Request for stable, automated build process

Holger Freyther zecke at
Sat May 3 00:12:41 CEST 2008

On Thursday 01 May 2008 18:01:38 Bobby Martin wrote:
> I sent this before to openmoko-devel and was greeted with a deafening
> silence, so I'm resending to a broader audience.  As evidenced by a recent
> post to openmoko-devel by saurabh gupta, one of the GSoC selectees, this
> really is a problem.  The longer it's put off, the more potential benefits
> (in the form of community contributors who give up rather than improve OM)
> are lost.

Well, the reason I didn't reply to the first mail is because it is touching 
way too many topics to answer all of them in depth and finding a time slot to 
do this.

I'm working on the april software update. I have my branch and it has a high 
probablity of always building. Everything we built for the 
openmoko-qtopia-x11-image (just for testing) is set to a fixed 
version/srcdate. I can rebuild the whole distribution without internet 
(because I don't have internet at home) and I have written a task for 
base.bbclass to help me to lock down the built to versions.

The obvious downside is: To upgrade certain components I have to spent close 
to a day to build, and test the result.

The good thing: I can make sure to have an always building image, which allows 
you to make phone calls, sms,...

> ---------------------------------------------------------------------------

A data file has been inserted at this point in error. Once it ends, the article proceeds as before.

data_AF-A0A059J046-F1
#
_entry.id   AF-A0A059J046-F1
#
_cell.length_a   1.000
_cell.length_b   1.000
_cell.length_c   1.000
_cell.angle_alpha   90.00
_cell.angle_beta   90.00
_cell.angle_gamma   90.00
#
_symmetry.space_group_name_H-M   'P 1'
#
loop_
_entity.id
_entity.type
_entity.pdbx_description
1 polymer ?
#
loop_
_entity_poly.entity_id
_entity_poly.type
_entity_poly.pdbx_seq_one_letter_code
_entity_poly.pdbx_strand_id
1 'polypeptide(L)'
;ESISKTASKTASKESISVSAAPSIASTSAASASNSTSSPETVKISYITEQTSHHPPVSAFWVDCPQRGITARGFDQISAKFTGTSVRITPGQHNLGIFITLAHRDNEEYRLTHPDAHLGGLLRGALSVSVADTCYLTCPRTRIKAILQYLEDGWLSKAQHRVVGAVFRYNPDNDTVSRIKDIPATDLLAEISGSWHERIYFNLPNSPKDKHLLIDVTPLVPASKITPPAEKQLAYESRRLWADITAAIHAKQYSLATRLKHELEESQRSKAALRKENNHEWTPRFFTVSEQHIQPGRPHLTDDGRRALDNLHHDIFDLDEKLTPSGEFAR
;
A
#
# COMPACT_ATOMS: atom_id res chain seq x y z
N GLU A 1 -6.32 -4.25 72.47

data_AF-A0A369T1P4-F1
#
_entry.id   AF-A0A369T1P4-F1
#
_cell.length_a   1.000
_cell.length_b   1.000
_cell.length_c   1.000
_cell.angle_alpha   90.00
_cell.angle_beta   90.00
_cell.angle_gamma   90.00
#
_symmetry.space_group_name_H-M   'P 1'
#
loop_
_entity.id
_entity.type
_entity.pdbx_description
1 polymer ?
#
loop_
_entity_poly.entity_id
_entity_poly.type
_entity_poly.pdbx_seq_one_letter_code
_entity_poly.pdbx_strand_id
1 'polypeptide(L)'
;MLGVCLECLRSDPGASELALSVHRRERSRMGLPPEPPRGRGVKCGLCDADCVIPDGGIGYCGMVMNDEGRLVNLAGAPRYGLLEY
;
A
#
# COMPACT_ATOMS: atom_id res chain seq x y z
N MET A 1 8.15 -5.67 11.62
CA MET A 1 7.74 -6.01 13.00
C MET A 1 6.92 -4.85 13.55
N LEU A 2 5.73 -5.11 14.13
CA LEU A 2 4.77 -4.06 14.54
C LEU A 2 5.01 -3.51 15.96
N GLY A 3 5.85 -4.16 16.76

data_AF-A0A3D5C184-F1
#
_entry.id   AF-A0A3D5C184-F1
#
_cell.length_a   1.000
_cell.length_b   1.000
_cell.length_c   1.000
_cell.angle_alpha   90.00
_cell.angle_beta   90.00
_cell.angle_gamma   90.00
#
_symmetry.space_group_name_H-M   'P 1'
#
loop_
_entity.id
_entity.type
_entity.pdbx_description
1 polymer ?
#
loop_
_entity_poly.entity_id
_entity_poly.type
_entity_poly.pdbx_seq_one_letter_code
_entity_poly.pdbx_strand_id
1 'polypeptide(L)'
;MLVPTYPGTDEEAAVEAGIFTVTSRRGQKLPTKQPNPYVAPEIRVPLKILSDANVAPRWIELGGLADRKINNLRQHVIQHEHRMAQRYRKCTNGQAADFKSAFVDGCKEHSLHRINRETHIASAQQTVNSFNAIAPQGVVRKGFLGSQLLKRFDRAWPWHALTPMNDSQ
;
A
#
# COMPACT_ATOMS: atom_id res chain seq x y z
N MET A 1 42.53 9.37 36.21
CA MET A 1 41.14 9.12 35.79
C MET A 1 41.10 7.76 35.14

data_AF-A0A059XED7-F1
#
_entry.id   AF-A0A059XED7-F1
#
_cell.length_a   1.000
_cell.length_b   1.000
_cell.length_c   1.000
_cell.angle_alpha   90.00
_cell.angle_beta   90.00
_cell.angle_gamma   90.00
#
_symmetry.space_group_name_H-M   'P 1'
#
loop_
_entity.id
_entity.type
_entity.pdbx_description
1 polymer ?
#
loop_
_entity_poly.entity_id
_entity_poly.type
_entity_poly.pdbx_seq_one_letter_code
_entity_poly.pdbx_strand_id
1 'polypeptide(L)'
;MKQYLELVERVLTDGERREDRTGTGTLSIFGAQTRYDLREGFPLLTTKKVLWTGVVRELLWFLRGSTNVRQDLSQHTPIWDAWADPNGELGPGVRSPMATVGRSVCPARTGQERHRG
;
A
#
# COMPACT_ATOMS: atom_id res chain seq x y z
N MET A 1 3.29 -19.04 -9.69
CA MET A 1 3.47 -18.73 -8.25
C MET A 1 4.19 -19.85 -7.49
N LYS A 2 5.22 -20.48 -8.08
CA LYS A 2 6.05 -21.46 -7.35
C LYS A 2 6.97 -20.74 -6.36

> I really think OM is shortchanging themselves with the current build
> process.  As far as I can tell:
>     * there is no way to run a build that has a high probability of working
> all the way through

Not true for my org.openmoko.zecke.april-update branch because everything is 
locked down (I can build without internet if I have fetched all sources 

>     * there is no way to identify the latest code that builds together

You know the SRCDATE, SRCREVS, tarballs you are going to use. The information 
for a whole system is massive though.

>     * there is no automated build process, nor even a stable script one can
> follow to do a complete build from source on one's local machine

Right, I have attached my Openembedded scripts and configuration I use to 
build on my hardy system. You see it is really basic/simple.

>     * it looks to me as if the code lives in at least three different kinds
> of repositories: svn, GIT, and mtn

Yes, we integrate a lot of different projects. They use tarballs on http/ftp, 
cvs, hg, p4, mtn, git, svn. There is hardly anything we can change about 

>     * I'm sure that there is a way to identify the code that went into a
> particular snapshot found on the web, but I don't know what it is

The ipk files should point to the recipe used to build the package and has the 
SRCDATE/SRCREV in the same. So it is easy to find out.

>     * there is no way to identify which tasks definitely have someone
> reliable working on them, which are open issues & need attention they're
> not getting, and which have some casual developer looking at them

I agree, we don't have an bugmaster at Openmoko who could help on this. For 
the april software update I mostly track the issues myself and pester the 
people involved (oh already my 3rd task).

> I have done several very minor programs for my neo, which I would have much
> preferred to integrate into the real build process.  However, when I've
> tried the Mokomakefile process, it will run for hours and then die in some